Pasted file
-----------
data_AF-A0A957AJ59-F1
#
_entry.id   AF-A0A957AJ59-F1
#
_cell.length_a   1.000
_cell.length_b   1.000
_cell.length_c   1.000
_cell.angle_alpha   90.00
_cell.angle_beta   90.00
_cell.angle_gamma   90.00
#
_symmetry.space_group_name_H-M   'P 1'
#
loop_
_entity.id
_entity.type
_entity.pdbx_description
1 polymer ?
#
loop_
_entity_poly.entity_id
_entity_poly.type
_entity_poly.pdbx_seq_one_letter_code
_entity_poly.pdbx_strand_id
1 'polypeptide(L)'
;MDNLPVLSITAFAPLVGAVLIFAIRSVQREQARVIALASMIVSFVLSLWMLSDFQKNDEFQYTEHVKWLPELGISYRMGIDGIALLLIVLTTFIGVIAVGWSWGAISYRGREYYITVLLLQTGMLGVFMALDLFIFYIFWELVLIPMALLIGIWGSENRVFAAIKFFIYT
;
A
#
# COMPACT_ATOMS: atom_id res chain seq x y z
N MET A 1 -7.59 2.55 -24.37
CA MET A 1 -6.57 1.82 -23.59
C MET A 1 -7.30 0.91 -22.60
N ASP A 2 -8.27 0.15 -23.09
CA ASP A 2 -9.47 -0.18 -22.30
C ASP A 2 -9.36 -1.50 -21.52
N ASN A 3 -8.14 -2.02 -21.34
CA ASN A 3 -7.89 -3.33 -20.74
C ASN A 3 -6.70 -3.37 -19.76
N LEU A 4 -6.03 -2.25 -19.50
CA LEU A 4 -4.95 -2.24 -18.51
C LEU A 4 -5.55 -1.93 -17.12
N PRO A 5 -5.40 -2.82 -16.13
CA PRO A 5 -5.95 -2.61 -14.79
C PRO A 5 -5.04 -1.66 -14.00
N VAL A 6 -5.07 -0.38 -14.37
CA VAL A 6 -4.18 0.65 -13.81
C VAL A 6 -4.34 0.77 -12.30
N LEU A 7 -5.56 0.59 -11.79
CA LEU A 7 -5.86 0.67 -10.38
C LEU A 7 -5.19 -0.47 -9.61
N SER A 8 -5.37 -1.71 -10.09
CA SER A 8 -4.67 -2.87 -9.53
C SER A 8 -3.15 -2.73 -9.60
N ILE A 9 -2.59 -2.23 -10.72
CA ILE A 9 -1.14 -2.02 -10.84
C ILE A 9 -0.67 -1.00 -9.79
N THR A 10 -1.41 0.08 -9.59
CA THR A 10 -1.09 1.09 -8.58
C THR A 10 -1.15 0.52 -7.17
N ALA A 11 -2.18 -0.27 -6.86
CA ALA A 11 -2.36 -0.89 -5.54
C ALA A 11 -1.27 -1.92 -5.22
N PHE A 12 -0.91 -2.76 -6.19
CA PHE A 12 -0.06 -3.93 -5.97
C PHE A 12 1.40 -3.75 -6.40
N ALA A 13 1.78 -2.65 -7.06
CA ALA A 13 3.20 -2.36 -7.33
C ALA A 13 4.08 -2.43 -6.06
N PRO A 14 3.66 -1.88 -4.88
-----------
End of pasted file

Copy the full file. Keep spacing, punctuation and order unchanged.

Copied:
data_AF-A0A957AJ59-F1
#
_entry.id   AF-A0A957AJ59-F1
#
_cell.length_a   1.000
_cell.length_b   1.000
_cell.length_c   1.000
_cell.angle_alpha   90.00
_cell.angle_beta   90.00
_cell.angle_gamma   90.00
#
_symmetry.space_group_name_H-M   'P 1'
#
loop_
_entity.id
_entity.type
_entity.pdbx_description
1 polymer ?
#
loop_
_entity_poly.entity_id
_entity_poly.type
_entity_poly.pdbx_seq_one_letter_code
_entity_poly.pdbx_strand_id
1 'polypeptide(L)'
;MDNLPVLSITAFAPLVGAVLIFAIRSVQREQARVIALASMIVSFVLSLWMLSDFQKNDEFQYTEHVKWLPELGISYRMGIDGIALLLIVLTTFIGVIAVGWSWGAISYRGREYYITVLLLQTGMLGVFMALDLFIFYIFWELVLIPMALLIGIWGSENRVFAAIKFFIYT
;
A
#
# COMPACT_ATOMS: atom_id res chain seq x y z
N MET A 1 -7.59 2.55 -24.37
CA MET A 1 -6.57 1.82 -23.59
C MET A 1 -7.30 0.91 -22.60
N ASP A 2 -8.27 0.15 -23.09
CA ASP A 2 -9.47 -0.18 -22.30
C ASP A 2 -9.36 -1.50 -21.52
N ASN A 3 -8.14 -2.02 -21.34
CA ASN A 3 -7.89 -3.33 -20.74
C ASN A 3 -6.70 -3.37 -19.76
N LEU A 4 -6.03 -2.25 -19.50
CA LEU A 4 -4.95 -2.24 -18.51
C LEU A 4 -5.55 -1.93 -17.12
N PRO A 5 -5.40 -2.82 -16.13
CA PRO A 5 -5.95 -2.61 -14.79
C PRO A 5 -5.04 -1.66 -14.00
N VAL A 6 -5.07 -0.38 -14.37
CA VAL A 6 -4.18 0.65 -13.81
C VAL A 6 -4.34 0.77 -12.30
N LEU A 7 -5.56 0.59 -11.79
CA LEU A 7 -5.86 0.67 -10.38
C LEU A 7 -5.19 -0.47 -9.61
N SER A 8 -5.37 -1.71 -10.09
CA SER A 8 -4.67 -2.87 -9.53
C SER A 8 -3.15 -2.73 -9.60
N ILE A 9 -2.59 -2.23 -10.72
CA ILE A 9 -1.14 -2.02 -10.84
C ILE A 9 -0.67 -1.00 -9.79
N THR A 10 -1.41 0.08 -9.59
CA THR A 10 -1.09 1.09 -8.58
C THR A 10 -1.15 0.52 -7.17
N ALA A 11 -2.18 -0.27 -6.86
CA ALA A 11 -2.36 -0.89 -5.54
C ALA A 11 -1.27 -1.92 -5.22
N PHE A 12 -0.91 -2.76 -6.19
CA PHE A 12 -0.06 -3.93 -5.97
C PHE A 12 1.40 -3.75 -6.40
N ALA A 13 1.78 -2.65 -7.06
CA ALA A 13 3.20 -2.36 -7.33
C ALA A 13 4.08 -2.43 -6.06
N PRO A 14 3.66 -1.88 -4.88